Nurses attend rally at Capitol

Push support for patient lifting bill

A crowd of Missouri union workers cheers during Gov. Jay Nixon's speech Wednesday morning on the Capitol lawn.

A crowd of Missouri union workers cheers during Gov. Jay Nixon's speech Wednesday morning on the Capitol lawn. Photo by Kile Brewer.

It was an early day for Julie Perry and other nurses of the National Nurses United in Kansas City. Many members got up between 4 and 5 a.m. to catch the 5:30 a.m. bus to the Capitol.

Their mission? To protest “right to work,” lobby state legislators to vote the measure down, and find support for a bill that would create requirements to make lifting patients easier.

After a brief training seminar at Bones Lounge & Restaurant in downtown Jefferson City, members of the nurses union split up into several groups to visit 35 legislators in an hour, said Jan Rodolfo, a nurse and union representative.

The first meeting for Perry’s group was with Rep. Tony Dugger, R-Hartville, shortly after 9:30 a.m. And still before 10 a.m., the group was sitting outside the door of Rep. Ed Schieffer, D-Troy.

Perry took the lead.

The safe-lift bill would require hospitals to get proper lift equipment for every department and create lift teams available 24 hours a day, she explained. Perry gave him a paper copy.

Schieffer seemed receptive. The guerrilla meeting took less than 10 minutes, and then it was on to the next person.

The nurses union was one of many unions that showed up to protest the Republican-sponsored “right to work” bills. The legislation would prohibit unions from collecting dues from workers as a condition for employment.

The Missouri State Building and Construction Trades Council organized the rally and made an open invitation to whoever wanted to attend.

Local unions representing workers as diverse as laborers, elevator repairmen, electrical workers and sprinkler fitters filled the Capitol halls and the South Lawn outside.

Perry started working as a nurse at Menorah Medical Center in 1998 and joined the union there in 2000. She became a representative, a position akin to a shop steward, or someone union members can go to when they have a grievance. Then she joined the union as a full-time organizer.

In the hallway, she bumped into another member. Everyone wore dark red hospital smocks.

Rep. Karla May, D-St. Louis, was on Perry’s list, but she wasn’t in her office. The group went up to the third floor to get her from the House chambers, but she wasn’t there, either, so they went back downstairs.

After conferring with another group about May, Perry called to see if other nurses needed help completing their lists.

“They need us to do a Republican visit,” she said. “It’s Rep. Johnson.”

Perry held a pep talk in the hallway to go over some key talking points.

“We take care of patients who are constituents in your area,” she coached her team, and education is the No. 1 reason businesses move somewhere, not “right to work.”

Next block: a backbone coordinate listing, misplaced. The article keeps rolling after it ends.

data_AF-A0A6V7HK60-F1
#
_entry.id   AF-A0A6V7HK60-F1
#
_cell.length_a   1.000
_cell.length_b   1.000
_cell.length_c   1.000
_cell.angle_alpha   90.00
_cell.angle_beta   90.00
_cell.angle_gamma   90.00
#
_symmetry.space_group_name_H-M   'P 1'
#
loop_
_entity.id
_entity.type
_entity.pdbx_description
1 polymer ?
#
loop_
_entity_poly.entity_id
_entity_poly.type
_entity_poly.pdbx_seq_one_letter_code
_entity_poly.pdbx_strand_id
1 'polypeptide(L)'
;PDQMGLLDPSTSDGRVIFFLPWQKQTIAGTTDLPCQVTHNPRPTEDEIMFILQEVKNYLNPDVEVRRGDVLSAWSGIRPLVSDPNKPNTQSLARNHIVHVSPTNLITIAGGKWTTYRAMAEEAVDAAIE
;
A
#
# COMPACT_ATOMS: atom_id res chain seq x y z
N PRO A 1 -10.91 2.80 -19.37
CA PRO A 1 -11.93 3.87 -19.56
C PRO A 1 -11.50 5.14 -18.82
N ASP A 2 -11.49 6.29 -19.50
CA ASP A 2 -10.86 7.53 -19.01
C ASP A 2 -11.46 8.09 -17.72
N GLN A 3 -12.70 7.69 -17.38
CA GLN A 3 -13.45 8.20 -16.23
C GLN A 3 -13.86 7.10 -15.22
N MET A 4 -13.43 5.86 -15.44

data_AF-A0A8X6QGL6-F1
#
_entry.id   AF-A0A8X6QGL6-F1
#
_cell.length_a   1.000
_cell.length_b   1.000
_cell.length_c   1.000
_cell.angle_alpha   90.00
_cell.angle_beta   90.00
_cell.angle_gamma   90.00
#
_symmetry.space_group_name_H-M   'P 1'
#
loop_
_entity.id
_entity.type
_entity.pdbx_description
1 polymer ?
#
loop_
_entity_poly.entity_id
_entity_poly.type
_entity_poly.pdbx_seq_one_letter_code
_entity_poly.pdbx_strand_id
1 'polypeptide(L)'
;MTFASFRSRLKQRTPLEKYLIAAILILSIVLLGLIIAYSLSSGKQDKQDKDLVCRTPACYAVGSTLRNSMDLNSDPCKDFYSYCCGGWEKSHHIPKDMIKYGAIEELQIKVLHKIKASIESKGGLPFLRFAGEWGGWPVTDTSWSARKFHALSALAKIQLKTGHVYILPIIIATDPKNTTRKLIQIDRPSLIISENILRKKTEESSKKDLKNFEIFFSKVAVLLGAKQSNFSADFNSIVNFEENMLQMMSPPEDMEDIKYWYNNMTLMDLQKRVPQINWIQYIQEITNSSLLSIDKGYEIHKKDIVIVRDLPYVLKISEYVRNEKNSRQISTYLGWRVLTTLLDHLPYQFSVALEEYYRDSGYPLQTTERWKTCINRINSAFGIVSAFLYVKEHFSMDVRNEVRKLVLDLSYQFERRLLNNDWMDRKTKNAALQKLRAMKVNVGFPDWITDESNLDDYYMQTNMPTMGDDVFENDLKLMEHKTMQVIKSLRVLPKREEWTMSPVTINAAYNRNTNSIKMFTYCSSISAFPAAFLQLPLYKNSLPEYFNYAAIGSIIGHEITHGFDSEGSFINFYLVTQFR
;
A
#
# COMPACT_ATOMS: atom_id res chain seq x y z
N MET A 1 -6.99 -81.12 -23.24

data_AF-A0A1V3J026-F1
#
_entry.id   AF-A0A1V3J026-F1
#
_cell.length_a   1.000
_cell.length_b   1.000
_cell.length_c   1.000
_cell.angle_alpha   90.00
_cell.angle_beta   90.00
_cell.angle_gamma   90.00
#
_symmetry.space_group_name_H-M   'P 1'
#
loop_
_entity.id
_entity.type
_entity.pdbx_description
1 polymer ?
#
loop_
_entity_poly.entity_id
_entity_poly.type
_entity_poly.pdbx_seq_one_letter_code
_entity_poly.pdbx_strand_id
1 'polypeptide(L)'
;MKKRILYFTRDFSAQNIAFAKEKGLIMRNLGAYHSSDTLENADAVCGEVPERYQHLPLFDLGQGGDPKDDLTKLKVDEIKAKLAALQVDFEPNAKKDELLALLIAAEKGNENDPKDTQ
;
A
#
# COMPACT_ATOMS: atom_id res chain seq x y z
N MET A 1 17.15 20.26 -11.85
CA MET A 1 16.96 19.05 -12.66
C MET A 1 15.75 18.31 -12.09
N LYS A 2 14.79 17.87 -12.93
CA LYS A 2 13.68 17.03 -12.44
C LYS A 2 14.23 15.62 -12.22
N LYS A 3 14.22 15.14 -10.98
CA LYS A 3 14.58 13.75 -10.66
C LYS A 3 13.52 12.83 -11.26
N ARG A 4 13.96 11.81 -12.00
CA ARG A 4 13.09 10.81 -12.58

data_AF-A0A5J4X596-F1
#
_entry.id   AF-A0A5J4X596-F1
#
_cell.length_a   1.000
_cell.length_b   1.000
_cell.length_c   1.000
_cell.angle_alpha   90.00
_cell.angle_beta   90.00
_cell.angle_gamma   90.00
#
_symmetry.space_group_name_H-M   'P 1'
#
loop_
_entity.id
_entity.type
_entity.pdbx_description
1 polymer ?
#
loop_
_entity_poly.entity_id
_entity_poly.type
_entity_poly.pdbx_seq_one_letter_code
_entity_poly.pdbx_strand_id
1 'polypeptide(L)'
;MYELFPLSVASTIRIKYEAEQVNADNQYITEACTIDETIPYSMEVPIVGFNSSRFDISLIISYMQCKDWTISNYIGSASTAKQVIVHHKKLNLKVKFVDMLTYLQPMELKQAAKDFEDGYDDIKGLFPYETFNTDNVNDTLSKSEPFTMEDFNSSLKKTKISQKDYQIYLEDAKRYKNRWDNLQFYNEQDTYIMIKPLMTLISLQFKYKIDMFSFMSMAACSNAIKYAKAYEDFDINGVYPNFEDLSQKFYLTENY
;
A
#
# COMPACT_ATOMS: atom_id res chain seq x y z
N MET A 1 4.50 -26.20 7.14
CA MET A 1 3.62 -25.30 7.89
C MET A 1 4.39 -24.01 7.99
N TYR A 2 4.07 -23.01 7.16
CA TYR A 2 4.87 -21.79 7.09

“This one is really needed,” Perry said of Delus Johnson, R-St. Joseph.

They wove through the crowds back to the third floor to Johnson’s office but hesitated in the doorway. The group looked nervous, but Johnson wasn’t there. After taking some mints from a Capitol-shaped candy dish on his legislative assistant’s desk, they bee-lined to the House chamber and asked to meet him in the hallway.

Johnson assured the nurses he was taking “right to work” seriously and wouldn’t “walk out” on the vote.

At 11:30 a.m., the nurses braced the cool windy day and went outside to hear the rally’s official speakers. A number of high-ranking Democrats and labor leaders spoke.

“When they need to build it best, they hire union,” Gov. Jay Nixon said of a proposed law that would allow areas destroyed by natural disasters to rebuild without the prevailing-wage law.

“The strength of this solidarity is such that if they’re going to vote to take away your rights, they’re going to have to do it while they look you in the eye,” Secretary of State Jason Kander said.

Attorney General Chris Koster stressed how deeply unions affect everyday life.

“A family scraping by on $8 an hour faces a whole different set of challenges in this world than a family making 32 bucks an hour,” he said.

Rep. Anne Zerr, R-St. Charles, a former utilities worker and union member, broke ranks with her fellow Republicans, saying that hiring union means “you get what you pay for.”

Sean McGarvey, president of the North American Building Trades Council, closed the rally. He put his fight against “right to work” in a national context.

“The end of the beginning is in Missouri,” he said, “and when we beat it back here, we start on offense.”

Around 1 p.m., the nurses gathered at Bones restaurant again for a chicken lunch and to talk about their experiences.

Perry thought the day was successful. She said the union’s plans included preparing for a public hearing on the safe-lift bill, which is still weeks away. Perhaps they’ll have a dramatization of lifting, she said, noting strains on the back, neck and arms that come with hospitals’ lifting procedures.

The nurses at the table agreed that NNU was as much of a patient-advocacy group as it was a worker-advocacy group. Without the proper protections for themselves, they wondered, what would happen to the patients?

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